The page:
• Contraception: Food and Drug Administration-approved contraceptive methods, sterilization procedures, and patient education and counseling, not including abortifacient drugs*
  • Domestic and interpersonal violence screening and counseling for all women*
  • Folic Acid supplements for women who may become pregnant
  • Gestational diabetes screening for women 24 to 28 weeks pregnant and those at high risk of developing gestational diabetes*
  • Gonorrhea screening for all women at higher risk
  • Hepatitis B screening for pregnant women at their first prenatal visit
  • Human Immunodeficiency Virus (HIV) screening and counseling for sexually active women*
  • Human Papillomavirus (HPV) DNA Test: high risk HPV DNA testing every three years for women with normal cytology results who are 30 or older*
  • Osteoporosis screening for women over age 60 depending on risk factors
  • Rh Incompatibility screening for all pregnant women and follow-up testing for women at higher risk
  • Tobacco Use screening and interventions for all women, and expanded counseling for pregnant tobacco users
  • Sexually Transmitted Infections (STI) counseling for sexually active women*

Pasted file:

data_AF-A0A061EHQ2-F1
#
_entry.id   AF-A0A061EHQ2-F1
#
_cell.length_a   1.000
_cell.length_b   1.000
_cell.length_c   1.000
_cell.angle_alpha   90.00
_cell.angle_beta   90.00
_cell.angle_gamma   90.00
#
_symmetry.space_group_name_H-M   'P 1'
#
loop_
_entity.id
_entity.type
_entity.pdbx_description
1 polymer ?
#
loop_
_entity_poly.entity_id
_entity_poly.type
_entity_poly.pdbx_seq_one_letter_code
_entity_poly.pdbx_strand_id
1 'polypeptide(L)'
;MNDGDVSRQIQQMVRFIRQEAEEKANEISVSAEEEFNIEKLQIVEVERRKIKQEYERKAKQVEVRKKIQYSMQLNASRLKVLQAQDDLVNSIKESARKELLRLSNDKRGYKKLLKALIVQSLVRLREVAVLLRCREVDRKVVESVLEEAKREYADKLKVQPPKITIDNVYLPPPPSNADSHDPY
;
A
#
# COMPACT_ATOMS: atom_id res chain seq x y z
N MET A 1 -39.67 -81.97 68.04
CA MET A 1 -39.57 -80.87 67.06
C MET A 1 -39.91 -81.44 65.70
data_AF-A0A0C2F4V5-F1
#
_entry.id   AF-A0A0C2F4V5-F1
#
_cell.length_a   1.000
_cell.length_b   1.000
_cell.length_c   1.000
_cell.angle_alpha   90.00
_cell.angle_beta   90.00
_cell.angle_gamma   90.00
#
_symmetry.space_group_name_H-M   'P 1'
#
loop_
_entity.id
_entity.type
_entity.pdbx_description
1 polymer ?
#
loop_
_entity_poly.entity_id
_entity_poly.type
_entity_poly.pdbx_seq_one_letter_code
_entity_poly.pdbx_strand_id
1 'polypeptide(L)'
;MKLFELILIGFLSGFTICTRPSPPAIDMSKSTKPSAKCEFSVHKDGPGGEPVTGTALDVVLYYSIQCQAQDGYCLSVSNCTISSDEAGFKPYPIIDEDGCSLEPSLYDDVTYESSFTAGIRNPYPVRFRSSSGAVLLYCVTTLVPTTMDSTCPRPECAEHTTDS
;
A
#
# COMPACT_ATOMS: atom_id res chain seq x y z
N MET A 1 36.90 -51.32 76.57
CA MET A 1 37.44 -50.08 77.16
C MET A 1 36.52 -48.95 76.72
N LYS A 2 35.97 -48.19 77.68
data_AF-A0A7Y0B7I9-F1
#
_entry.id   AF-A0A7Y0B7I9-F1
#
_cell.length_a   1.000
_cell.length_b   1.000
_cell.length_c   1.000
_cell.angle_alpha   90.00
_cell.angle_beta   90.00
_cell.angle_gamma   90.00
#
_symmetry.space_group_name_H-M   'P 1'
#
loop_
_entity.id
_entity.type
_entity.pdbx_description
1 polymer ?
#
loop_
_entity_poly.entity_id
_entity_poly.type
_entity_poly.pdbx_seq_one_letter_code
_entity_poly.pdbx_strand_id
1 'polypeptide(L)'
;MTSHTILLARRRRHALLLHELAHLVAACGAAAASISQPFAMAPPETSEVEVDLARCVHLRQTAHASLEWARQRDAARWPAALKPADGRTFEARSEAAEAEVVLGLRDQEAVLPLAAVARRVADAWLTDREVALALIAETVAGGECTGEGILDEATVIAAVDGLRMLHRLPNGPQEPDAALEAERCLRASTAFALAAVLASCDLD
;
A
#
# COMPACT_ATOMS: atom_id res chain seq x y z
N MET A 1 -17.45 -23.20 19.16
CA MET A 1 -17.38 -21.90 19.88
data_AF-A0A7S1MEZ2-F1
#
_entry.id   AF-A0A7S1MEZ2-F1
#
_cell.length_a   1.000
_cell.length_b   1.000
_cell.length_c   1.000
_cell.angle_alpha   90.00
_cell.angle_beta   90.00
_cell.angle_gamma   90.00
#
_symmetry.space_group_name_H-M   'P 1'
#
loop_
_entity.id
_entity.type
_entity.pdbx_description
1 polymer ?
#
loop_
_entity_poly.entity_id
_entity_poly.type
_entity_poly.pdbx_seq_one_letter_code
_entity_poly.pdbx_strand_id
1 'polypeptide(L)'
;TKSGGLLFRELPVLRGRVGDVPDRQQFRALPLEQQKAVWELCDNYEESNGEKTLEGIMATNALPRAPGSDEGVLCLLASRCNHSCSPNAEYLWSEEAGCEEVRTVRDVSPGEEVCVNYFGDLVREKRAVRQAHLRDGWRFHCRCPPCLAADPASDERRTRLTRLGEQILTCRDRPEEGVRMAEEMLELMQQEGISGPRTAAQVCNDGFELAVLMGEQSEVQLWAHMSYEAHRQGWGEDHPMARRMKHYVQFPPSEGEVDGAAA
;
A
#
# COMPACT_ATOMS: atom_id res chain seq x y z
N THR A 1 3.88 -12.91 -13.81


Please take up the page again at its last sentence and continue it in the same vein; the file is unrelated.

• Syphilis screening for all pregnant women or other women at increased risk
  • Well-woman visits to obtain recommended preventive services*

 

Prevention for Children

  • Alcohol and Drug Use assessments for adolescents
  • Autism screening for children at 18 and 24 months
  • Behavioral assessments for children of all ages
    Ages: 0 to 11 months, 1 to 4 years, 5 to 10 years, 11 to 14 years, 15 to 17 years.
  • Blood Pressure screening for children
    Ages: 0 to 11 months, 1 to 4 years, 5 to 10 years, 11 to 14 years, 15 to 17 years.
  • Cervical Dysplasia screening for sexually active females
  • Congenital Hypothyroidism screening for newborns
  • Depression screening for adolescents
  • Developmental screening for children under age 3, and surveillance throughout childhood
  • Dyslipidemia screening for children at higher risk of lipid disorders
    Ages: 1 to 4 years, 5 to 10 years, 11 to 14 years, 15 to 17 years.
  • Fluoride Chemoprevention supplements for children without fluoride in their water source
  • Gonorrhea preventive medication for the eyes of all newborns
  • Hearing screening for all newborns